Amazon announced its search for a second headquarters in September 2017; proposals were due in mid-October 2017.
St. Paul-based Public Record Media is primed for continued battle to uncover the details of state’s submitted bid to land Amazon’s HQ2 in the fall of 2017. The nonprofit PRM filed suit last year against the state’s Department of Employment and Economic Development (DEED) and regional economic development group Greater MSP, the two entities that worked on assembling the state’s pitch to the e-commerce giant. PRM lost at the district court level in a ruling issued January 3rd; on Thursday the group filed an appeal in the case.
DEED has argued that it doesn’t have a copy of the bid. Greater MSP contends that as a private group it is not subject to the Minnesota Government Data Practices Act. Ramsey County District Judge Leonardo Castro found that the bid does not need to be disclosed because there was no contract between Greater MSP and the state. The decision was a ruling on motions to dismiss the case that had been filed by both Greater MSP and DEED.
PRM, which focuses on government data transparency, had 60 days to decide if it would file an appeal.
Among the issues in the appeal are whether or not summary judgement should have been granted in the case. PRM executive director Matt Ehling notes that summary judgement should only be granted when there are no factual disputes in a case.
“There are lots and lots of factual disputes here,” said Ehling.
Ehling also argues that it’s clear from material they’ve gathered that DEED was working in concert with Greater MSP on the bid and that DEED staffers had access to bid materials through an online portal. Ehling believes that the potential ramifications of the case go far beyond Amazon.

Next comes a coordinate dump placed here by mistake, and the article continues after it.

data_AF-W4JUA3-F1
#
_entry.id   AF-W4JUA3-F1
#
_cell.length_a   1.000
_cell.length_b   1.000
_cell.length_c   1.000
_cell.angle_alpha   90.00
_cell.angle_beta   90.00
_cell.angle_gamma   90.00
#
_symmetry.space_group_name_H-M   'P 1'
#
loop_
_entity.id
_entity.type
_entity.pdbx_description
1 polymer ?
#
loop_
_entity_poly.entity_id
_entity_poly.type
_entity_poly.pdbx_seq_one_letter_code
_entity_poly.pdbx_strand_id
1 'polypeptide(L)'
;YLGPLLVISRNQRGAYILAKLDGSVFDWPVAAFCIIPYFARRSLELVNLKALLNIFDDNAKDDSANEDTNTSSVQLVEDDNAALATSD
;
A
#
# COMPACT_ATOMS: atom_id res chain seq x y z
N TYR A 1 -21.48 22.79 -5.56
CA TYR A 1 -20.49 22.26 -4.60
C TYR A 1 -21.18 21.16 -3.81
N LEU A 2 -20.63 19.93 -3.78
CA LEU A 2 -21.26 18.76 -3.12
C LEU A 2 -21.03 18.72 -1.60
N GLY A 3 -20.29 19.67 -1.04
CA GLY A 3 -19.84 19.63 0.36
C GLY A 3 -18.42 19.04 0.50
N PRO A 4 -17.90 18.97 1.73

“If the district’s court’s opinion holds on this matter then data that’s housed on cloud-based computer systems is going to be inaccessible to data practices requests,” said Ehling.
Amazon announced its search for a second headquarters in September 2017; proposals were due in mid-October 2017. The bait for communities was that Amazon touted a $5 billion investment and 50,000 high-paying jobs to the winner. Minnesota has been out of the picture since January 2018 when the company announced its short list of 20 cities. But a key issue in the ongoing dispute appears to be that Greater MSP signed a non-disclosure agreement with Amazon.
On Thursday PRM also fired off letters to Gov. Tim Walz and Minnesota Attorney General Keith Ellison asking for their help in resolving the matter without further litigation. Walz and Ellison are both new to office: neither had any involvement in the HQ2 bid. The same holds true for new DEED Commissioner Steve Grove, a Walz appointee.
PRM’s letter concludes: “PRM now respectfully asks both of you to take all steps needed to achieve full disclosure of the state’s Amazon HQ2 bid.”
A spokesman for Gov. Walz could not immediately be reached for comment.
Is Ehling hopeful that newly-elected state leaders will be more sympathetic to releasing the bid information?
“We would hope that there’s a willingness on their part to have that discussion,” Ehling told Twin Cities Business. “We are hoping that they are willing to at least enter into a discussion about what can be done to resolve this.”
This article is reprinted in partnership with Twin Cities Business.